Hyderabad: India’s largest state-owned iron ore producer and exporter, National Mineral Development Corp. Ltd (NMDC), has set an ambitious target of becoming a global mining firm by acquiring iron ore, coal and gold mines across the globe. NMDC is also all set to invite expressions of interest from potential joint venture partners for a proposed Rs10,000 crore integrated steel plant in Karnataka. Chairman and managing director Rana Som talks about the company’s plans. Edited excerpts:
What is the strategy for NMDC going forward, with most of the mines allotted to you suffering from huge gestation periods, coupled with the problem of depleting reserves in your existing mines?
The gestation period in mining area has been very high. And we know that all our (domestic) natural resources will be exhausted one day. That is why the idea is to grab some natural resources elsewhere so that we can protect the national interests in the long run. Our effort has been that NMDC should have mines not just in India but also abroad, and NMDC should become a multinational mining company over a period of time. We should have (a) hold on natural resources so that in future our industrial development is not hindered for lack of natural resources.
Diverse growth: Som says NMDC’s steel and iron ore businesses will start giving the company equal turnover after five years or so. Bharath Sai / Mint
How has your overseas presence expanded so far?
We are present in Tanzania. So far as iron ore is concerned, our efforts in Armenia and Eritrea have not yielded results. But we will be going to Cambodia shortly to see whether gold and iron ore reserves are available there. We are interested in Australia, Indonesia, Cambodia and South Africa. Ultimately, our attempt (through acquiring assets overseas) would be to cater to China or (the) Indian market and others.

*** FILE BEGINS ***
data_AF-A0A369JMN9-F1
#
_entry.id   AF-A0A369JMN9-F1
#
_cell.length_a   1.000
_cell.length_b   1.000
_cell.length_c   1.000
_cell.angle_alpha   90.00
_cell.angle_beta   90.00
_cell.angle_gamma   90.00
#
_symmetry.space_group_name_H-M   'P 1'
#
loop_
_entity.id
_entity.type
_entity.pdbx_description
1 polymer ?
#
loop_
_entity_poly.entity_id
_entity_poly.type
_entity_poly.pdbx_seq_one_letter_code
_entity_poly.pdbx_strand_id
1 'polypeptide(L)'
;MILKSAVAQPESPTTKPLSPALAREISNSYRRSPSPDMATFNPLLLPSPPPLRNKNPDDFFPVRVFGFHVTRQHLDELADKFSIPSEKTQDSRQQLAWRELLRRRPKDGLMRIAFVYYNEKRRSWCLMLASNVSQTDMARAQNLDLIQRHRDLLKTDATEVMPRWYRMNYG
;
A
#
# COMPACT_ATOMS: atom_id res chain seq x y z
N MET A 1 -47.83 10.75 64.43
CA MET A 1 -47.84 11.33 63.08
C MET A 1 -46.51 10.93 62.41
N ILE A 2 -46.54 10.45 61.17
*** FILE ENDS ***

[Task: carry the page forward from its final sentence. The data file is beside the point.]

What are the reasons for inordinate delays in your iron ore and coal mine acquisition plans in Australia?
There are two types of mines that we are interested in Australia. One has been iron ore mines. For acquiring iron ore mines in Australia, we had some sort of (an) MoU (memorandum of understanding) with Rio Tinto. But as you know, Rio Tinto and BHP Billiton Australia have decided to join hands for undertaking all mining activities together. Therefore, there is no space left in Australia in mines which are either held by Rio Tinto or BHP Billiton. But then, we have approached the Australian government few days back. We are trying to get into an area which will be a virgin mining field for exploration by NMDC, in association with a local partner.
We are also interested in coal... The opportunities in coal are likely to be more now because there is no such joint agreement between Rio Tinto and BHP.
What prompted you to diversify into steel production?
If I have to survive and prosper as a mining company, it is necessary that I go into value addition through forward integration. And that will strengthen my role as a miner.
How much are you investing in the steel business?
The project is going to have an initial capacity of 2 million tonnes and ultimately 5 million tonnes a year. The thumb rule is Rs5,000 crore of investment per million tonnes capacity.
What kind of revenue are you expecting from the steel business?
I have a feeling that our steel and iron ore will start giving us equal turnover after five years or so.